Corporate software are complex and powerful tools. For company employees who must use these applications, this complexity can be a considerable challenge. Just as the technology mass market is flooded with more ‘usable’ products, more and more, company employees around the world are looking for more intuitive, easy-to-use and efficient software. So if you are not evaluating usability when choosing corporate software, your technology selection process is flawed and you may be incurring hidden costs.
When an organization implements a corporate system, it looks for productivity gains. From the perspective of a Technology or IT Director, it is assumed that internal user groups can and will learn how to use the new systems, as well as become proficient enough to allow the organization to enjoy the benefits. But when the choice of system is done poorly, this result is far from being assured.
What can happen?
Companies that are not concerned about the usability of their technological tools, letting employee use experience take a back seat, may fall into a trap, with serious consequences such as:
Decrease in productivity
Diminishing productivity of employees because the routine or critical processes are more time consuming with the new tool.
Unable to see the benefits of the tool, users simply do not accept using the new system.
Decrease in motivation
Diminished motivation and an increase in employee turnover due to the imposition of the new system, especially among the new generation (millennials), accustomed to products with excellent usability and who consider the quality of the work environment indispensable.
In addition, the company’s IT department, normally responsible for supporting enterprise software, may face an unexpected increase in demand for support and become overwhelmed.
Of course there will always be some employees who resist change of any kind. However, if a company imposes the use of a system that users view as difficult to learn, master and integrate with processes, employees will see it as a change for the worse, and will resist.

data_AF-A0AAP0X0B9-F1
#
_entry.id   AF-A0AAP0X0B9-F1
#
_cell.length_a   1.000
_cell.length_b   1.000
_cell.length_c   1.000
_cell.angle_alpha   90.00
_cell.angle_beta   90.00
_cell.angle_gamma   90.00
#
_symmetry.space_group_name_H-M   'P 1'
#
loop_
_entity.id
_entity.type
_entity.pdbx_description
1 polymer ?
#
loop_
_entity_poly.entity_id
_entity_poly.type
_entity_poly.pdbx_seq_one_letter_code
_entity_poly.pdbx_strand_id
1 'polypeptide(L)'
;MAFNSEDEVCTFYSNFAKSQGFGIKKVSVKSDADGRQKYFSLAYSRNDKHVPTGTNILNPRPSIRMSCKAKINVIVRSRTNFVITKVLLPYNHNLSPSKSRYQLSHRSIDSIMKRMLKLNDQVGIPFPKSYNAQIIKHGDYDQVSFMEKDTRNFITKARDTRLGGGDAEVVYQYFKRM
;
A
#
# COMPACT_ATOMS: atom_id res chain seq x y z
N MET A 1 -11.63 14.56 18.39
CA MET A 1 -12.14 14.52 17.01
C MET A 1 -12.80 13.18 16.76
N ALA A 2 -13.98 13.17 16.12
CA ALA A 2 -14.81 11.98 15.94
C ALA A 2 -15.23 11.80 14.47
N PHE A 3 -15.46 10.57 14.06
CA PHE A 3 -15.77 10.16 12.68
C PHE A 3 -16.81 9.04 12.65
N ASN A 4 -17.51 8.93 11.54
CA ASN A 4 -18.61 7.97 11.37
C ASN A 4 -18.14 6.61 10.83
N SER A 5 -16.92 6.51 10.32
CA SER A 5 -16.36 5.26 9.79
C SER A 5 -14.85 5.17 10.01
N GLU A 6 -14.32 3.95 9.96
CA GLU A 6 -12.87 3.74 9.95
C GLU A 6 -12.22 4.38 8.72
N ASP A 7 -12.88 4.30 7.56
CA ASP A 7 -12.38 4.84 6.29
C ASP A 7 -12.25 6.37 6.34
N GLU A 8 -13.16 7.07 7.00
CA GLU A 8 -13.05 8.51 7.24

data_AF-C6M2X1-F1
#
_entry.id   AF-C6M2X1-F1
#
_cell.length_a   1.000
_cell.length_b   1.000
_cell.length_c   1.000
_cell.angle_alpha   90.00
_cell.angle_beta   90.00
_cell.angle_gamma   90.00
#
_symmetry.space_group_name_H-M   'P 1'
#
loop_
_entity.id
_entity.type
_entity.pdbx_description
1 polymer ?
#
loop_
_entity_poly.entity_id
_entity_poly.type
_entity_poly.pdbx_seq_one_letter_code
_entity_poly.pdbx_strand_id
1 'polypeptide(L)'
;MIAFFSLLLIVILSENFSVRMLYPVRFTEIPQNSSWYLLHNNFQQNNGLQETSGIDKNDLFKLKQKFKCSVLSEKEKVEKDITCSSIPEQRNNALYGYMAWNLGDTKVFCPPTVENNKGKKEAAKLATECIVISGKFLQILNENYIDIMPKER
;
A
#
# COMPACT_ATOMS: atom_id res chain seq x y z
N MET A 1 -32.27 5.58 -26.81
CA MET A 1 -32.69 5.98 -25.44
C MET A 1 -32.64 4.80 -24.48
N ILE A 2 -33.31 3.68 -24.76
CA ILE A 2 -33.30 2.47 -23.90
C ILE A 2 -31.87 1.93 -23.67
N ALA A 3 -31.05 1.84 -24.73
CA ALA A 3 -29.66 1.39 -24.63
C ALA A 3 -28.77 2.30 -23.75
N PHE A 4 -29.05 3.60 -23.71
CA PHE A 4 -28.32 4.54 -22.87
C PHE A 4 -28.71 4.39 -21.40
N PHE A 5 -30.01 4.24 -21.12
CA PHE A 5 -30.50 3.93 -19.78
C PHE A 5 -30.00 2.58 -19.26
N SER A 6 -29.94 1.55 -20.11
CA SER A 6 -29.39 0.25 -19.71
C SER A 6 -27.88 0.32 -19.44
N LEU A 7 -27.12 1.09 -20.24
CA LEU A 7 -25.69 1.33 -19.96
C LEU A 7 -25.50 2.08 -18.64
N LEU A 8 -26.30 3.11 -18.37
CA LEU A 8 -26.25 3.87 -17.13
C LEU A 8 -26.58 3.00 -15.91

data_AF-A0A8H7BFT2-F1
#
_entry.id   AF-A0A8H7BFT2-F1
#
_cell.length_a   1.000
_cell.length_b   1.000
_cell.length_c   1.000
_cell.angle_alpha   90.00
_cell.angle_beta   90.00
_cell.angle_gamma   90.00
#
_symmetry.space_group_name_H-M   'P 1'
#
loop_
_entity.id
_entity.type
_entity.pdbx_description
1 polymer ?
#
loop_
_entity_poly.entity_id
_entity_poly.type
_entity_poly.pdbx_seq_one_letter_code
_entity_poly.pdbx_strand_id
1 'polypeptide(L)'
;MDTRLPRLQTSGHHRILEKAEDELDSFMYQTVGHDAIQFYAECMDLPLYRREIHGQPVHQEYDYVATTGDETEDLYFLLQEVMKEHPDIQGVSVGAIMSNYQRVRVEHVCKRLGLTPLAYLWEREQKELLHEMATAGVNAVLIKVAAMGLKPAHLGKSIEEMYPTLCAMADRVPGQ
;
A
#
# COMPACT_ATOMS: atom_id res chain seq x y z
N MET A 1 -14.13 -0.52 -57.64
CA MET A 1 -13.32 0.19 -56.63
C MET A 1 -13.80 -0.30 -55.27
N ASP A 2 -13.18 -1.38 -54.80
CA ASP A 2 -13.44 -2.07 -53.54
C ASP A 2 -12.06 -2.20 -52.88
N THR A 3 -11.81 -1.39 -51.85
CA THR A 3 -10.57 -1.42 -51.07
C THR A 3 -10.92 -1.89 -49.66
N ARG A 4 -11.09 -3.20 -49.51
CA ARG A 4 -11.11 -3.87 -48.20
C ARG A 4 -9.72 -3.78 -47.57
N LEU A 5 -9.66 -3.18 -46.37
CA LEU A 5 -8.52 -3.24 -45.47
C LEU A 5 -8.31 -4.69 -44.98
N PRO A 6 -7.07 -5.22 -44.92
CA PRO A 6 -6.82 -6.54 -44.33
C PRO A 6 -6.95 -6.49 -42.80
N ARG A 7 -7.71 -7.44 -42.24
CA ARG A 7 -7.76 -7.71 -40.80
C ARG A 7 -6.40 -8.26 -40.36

Why does this happen?
Some corporate software developers do not pay enough attention to the wants and needs of users. In addition, some companies do not demand that their solution suppliers deliver products with sufficiently high levels of ease of learning, usability and efficiency.
In these cases, suppliers end up building applications that suite their own perceptions of user needs, produced by engineering teams that have a lot of control over user interaction and interface requirements.
The result is a product that reflects the mental models of engineers, which may differ dramatically from those of end users, making applications unnecessarily complex and full of dispensable functions (featuritis).
In order not to fall into this trap, it is imperative to identify and select enterprise software developers that meet not only your technical requirements, but who understand the user experience as a determining factor for the successful implementation and use of the tool in organizations.
These suppliers typically incorporate Agile Methods and User-Centered Design into the development of their products. These strategies differ from other more traditional methods in which products are only developed with a focus on delivering business objectives and functions, where the end user has to adapt to the designed interface.
Agility and design
Developing software using Agile Methods and User-Centered Design requires – in addition to identifying customer requirements and predicting how they will use the product – building testable prototypes, evaluating them with actual users, collecting feedback based on behavior pattern metrics and, when necessary, creating alternative solutions to solve problems, resuming the testing cycle to validate the proposed solutions.
The agile method
It is a continuous process that does not end in the design phase of the product, as it is necessary to respond with agility and efficiency to the market and user needs, as failures or opportunities for improvement come to light with the use of the product.
Products conceived under this view tend to have greater user acceptance, provide higher levels of user satisfaction, are more quickly incorporated into company processes and, consequently, provide greater gains in productivity levels.
It is necessary to humanize technology to deliver solutions that help people’s day-to-day lives so they can deliver better results to organizations. Before thinking about features, we need to solve problems. Before thinking about software, we need to deliver solutions. And most of all, we have to think about the end user.